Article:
an NFSA website

Paper Trail, the Life and Times of a Woodchip (1991)


A documentary by Trevor Graham that reports on the international business of woodchipping and its role in the supply of pulp to support the world’s paper industries. It specifically focuses on the relationship between Japan and Australia and Australia’s role as a major exporter of woodchips for the production of Japanese paper products. The environmental impact of this lucrative enterprise is explored by tracing the ‘paper trail’ back to Australia’s native forests. As well as highlighting the impact on Australia’s ecology, it proposes that alternative sources for the production of paper and reduced consumption must be explored if we are to build a sustainable future.

The film is narrated by Noni Hazlehurst.

Curator’s notes

At its heart Paper Trail is about society’s increased use of the world’s natural resources and its unsustainable reliance on these resources to meet the demands of progress. It could be about any number of things – our reliance on coal to supply our energy, or our demand for cheap products – but Graham’s documentary focuses on our use and consumption of paper (which has increased dramatically since computerisation in the early 1980s), its negative impact on Australia’s native forests and the consequences of increased paper consumption for future generations. Representatives from the conservation movement, government bodies, the forestry and timber sectors and the paper industry are all given voice, although the film’s environmental arguments are given more weight than the economic and industry arguments put forward.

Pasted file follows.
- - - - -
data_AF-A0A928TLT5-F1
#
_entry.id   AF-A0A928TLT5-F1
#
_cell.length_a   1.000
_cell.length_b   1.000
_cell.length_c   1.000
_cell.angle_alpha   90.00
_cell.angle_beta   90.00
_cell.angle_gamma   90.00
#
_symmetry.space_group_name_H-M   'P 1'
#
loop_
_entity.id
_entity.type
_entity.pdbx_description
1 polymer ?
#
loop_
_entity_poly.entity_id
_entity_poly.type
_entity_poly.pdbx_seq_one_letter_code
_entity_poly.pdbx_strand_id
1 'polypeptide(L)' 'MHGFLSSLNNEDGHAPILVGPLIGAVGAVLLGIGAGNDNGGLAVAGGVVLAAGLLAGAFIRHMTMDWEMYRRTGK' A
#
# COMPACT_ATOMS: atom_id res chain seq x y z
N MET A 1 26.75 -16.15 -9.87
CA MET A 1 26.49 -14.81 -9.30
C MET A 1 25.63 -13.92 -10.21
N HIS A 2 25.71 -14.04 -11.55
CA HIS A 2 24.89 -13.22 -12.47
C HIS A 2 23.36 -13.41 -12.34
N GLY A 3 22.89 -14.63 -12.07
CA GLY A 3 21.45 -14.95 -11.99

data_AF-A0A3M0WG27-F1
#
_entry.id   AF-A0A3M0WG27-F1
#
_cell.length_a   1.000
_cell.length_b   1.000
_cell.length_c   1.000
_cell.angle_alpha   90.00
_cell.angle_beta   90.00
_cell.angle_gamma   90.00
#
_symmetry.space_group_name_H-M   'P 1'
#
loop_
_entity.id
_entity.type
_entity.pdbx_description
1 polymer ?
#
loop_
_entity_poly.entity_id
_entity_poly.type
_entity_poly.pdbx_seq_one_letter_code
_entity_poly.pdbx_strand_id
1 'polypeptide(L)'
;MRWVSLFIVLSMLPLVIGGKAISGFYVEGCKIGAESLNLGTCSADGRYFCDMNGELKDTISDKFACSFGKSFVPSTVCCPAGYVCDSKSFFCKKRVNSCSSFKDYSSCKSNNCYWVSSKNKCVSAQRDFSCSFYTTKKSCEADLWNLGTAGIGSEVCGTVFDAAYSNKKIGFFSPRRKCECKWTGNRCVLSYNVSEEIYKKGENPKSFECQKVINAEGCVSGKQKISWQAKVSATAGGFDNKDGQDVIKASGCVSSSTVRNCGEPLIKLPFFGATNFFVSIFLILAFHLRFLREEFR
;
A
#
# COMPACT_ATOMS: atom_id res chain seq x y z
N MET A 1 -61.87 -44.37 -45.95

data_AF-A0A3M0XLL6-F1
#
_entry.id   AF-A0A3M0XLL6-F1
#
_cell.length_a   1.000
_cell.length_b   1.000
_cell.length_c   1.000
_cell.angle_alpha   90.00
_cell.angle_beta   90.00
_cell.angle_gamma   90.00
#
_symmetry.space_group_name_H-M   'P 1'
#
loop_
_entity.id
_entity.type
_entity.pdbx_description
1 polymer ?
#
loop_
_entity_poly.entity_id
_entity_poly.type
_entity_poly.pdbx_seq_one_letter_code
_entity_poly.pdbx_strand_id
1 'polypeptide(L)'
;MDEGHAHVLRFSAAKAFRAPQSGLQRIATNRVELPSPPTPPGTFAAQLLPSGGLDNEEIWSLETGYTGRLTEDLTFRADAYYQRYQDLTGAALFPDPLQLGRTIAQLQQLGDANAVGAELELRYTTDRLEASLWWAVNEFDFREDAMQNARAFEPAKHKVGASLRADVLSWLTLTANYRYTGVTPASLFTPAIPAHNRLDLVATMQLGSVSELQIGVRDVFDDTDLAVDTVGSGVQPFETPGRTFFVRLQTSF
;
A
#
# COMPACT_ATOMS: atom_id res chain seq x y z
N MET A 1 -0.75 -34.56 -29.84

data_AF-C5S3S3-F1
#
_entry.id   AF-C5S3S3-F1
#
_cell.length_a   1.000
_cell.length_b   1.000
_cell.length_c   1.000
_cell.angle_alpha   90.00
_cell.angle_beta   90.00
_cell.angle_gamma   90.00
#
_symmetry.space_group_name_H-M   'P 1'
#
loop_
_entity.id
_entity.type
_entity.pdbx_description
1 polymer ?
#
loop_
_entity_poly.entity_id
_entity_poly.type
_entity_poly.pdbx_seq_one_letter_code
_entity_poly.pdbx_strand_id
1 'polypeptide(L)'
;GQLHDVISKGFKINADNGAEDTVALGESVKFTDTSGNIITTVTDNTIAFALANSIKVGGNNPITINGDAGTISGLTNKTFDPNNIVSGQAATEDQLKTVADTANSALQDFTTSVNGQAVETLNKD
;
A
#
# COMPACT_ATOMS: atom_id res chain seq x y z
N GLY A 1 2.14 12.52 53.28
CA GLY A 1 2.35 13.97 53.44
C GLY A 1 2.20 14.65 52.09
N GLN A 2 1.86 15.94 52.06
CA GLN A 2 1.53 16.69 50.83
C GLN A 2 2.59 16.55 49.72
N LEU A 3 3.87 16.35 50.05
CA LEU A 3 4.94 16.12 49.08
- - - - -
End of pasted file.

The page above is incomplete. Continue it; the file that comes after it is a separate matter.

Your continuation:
Japan has been Australia’s largest timber export market for over 40 years and when this film was made it imported over one-third of Australia’s felled native trees as woodchips. The film uses many easily quantifiable statements to convey the importance of the issue (for example, in 1991 the amount of paper thrown into Sydney’s landfill as garbage each year was equal to one million trees). While the statistics may have dated and sustainable economies have been placed on the agenda since the early 1990s, the main questions that Paper Trail poses remain pertinent, and unresolved.